Behind the "empty railyards": 40 years of ATURA, Baruch's plan, and the city's diffidence

To supporters of Forest City Ratner's Atlantic Yards project, it's a long-awaited plan for long-overlooked land. "The Atlantic Yards area has been available for any developer in America for over 100 years,” declared Borough President Marty Markowitz at a 5/26/05 City Council hearing.

Charles Gargano, chairman of the Empire State Development Corporation, mused on 11/15/05 to WNYC's Brian Lehrer, “Isn’t it interesting that these railyards have sat for decades and decades and decades, and no one has done a thing about them.” Forest City Ratner spokesman Joe DePlasco, in a 12/19/04 New York Times article ("In a War of Words, One Has the Power to Wound") described the railyards as "an empty scar dividing the community."

But why exactly has the Metropolitan Transportation Authority’s Vanderbilt Yard never been developed? Do public officials have some responsibility?

At a hearing yesterday of the Brooklyn Borough Board Atlantic Yards Committee, Kate Suisma…

Forest City acknowledges unspecified delays in Pacific Park, cites $300 million "impairment" in project value; what about affordable housing pledge?

Updated Monday Nov. 7 am: Note follow-up coverage of stock price drop and investor conference call and pending questions.

Pacific Park Brooklyn is seriously delayed, Forest City Realty Trust said yesterday in a news release, which further acknowledged that the project has caused a $300 million impairment, or write-down of the asset, as the expected revenues no longer exceed the carrying cost.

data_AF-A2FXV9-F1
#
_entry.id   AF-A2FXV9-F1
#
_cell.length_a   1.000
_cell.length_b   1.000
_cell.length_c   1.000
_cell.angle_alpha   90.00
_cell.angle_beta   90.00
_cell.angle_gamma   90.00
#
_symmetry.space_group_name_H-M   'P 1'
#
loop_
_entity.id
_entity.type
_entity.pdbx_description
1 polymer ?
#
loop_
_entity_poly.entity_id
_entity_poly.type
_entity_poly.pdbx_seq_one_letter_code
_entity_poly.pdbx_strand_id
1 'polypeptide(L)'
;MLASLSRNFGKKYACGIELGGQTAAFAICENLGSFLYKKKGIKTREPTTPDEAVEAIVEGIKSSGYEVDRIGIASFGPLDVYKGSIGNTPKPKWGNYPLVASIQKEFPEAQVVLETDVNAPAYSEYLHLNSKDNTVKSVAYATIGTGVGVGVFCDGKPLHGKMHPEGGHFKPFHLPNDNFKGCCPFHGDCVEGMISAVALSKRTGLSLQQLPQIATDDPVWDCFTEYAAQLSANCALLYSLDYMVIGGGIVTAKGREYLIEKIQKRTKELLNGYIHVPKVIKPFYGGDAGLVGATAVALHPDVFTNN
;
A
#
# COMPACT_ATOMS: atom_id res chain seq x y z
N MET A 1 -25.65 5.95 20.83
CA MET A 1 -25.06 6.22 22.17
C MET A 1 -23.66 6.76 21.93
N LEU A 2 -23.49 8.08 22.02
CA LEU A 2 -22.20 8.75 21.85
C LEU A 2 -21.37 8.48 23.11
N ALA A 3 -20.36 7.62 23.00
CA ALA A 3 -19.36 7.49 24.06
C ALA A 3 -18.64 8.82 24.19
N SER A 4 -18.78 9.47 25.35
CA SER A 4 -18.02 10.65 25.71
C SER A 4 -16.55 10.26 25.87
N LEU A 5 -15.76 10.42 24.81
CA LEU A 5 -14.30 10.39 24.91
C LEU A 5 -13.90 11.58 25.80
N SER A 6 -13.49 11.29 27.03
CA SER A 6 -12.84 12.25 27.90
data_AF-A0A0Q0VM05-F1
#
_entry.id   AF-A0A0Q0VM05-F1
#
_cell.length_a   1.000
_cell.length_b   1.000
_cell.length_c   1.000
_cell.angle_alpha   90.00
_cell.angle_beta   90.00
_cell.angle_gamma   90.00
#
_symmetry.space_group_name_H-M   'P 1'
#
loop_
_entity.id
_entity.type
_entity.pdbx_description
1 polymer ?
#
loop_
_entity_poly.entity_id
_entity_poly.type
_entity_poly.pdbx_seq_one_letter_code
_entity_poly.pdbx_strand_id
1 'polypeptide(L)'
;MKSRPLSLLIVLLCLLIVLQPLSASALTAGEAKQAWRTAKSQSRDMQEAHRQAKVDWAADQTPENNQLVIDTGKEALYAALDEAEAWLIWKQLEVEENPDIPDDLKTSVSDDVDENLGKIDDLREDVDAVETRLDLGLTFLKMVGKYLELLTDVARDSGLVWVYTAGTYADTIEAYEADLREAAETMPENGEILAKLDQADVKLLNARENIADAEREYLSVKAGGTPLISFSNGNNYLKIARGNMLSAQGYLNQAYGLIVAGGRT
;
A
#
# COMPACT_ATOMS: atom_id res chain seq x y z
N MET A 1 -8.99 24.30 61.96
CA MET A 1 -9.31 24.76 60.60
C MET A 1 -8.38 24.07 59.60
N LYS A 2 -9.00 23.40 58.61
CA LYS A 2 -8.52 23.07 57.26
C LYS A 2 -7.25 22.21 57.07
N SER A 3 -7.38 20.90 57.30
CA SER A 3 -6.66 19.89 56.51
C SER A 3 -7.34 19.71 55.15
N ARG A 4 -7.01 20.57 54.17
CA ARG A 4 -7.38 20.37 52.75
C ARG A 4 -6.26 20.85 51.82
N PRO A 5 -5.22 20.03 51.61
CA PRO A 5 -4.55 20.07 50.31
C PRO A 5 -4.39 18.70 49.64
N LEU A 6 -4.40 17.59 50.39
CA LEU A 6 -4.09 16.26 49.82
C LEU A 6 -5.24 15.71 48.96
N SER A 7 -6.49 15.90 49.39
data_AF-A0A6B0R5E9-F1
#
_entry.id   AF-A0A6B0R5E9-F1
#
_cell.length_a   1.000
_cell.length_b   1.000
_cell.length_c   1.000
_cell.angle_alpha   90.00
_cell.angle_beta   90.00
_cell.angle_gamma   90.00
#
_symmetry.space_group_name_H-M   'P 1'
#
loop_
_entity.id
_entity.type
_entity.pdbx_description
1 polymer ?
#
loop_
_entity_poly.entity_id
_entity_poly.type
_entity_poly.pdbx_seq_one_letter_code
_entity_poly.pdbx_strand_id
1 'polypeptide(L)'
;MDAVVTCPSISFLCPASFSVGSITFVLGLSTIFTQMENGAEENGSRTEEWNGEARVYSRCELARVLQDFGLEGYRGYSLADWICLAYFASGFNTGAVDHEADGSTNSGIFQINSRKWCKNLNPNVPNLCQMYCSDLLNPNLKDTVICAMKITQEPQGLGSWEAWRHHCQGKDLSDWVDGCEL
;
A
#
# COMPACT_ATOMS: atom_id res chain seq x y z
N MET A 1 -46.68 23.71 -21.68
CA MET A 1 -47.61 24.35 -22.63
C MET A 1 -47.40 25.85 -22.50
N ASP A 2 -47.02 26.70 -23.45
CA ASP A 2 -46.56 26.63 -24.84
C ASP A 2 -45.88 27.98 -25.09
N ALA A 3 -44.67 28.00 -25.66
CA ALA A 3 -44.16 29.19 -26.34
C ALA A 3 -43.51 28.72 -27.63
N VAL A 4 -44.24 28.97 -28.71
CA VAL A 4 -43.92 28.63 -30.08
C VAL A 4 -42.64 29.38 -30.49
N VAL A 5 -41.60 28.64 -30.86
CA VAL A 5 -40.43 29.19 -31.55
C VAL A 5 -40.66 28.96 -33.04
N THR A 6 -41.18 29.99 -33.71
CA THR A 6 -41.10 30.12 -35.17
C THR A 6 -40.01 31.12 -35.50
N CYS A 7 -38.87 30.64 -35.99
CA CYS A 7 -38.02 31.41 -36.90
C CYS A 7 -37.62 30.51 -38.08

The Cleveland-based developer, parent of Brooklyn-based Forest City Ratner, which is a 30% investor in Pacific Park along with 70% partner/overseer Greenland USA, blamed the "significant impairment" on an oversupply of market-rate apartments, the uncertain fate of the 421-a tax break, and a continued increase in construction costs.

While the delay essentially confirms the obvious, given that two major buildings have not launched despite plans to do so, it raises significant questions about the future of the project, including:
if market-rate construction is delayed, will the affordable h…

Revising official figures, new report reveals Nets averaged just 11,622 home fans last season, Islanders drew 11,200 (and have option to leave in 2018)

The Brooklyn Nets drew an average of only 11,622 fans per home game in their most recent (and lousy) season, more than 23% below the announced official attendance figure, and little more than 65% of the Barclays Center's capacity.

The New York Islanders also drew some 19.4% below announced attendance, or 11,200 fans per home game.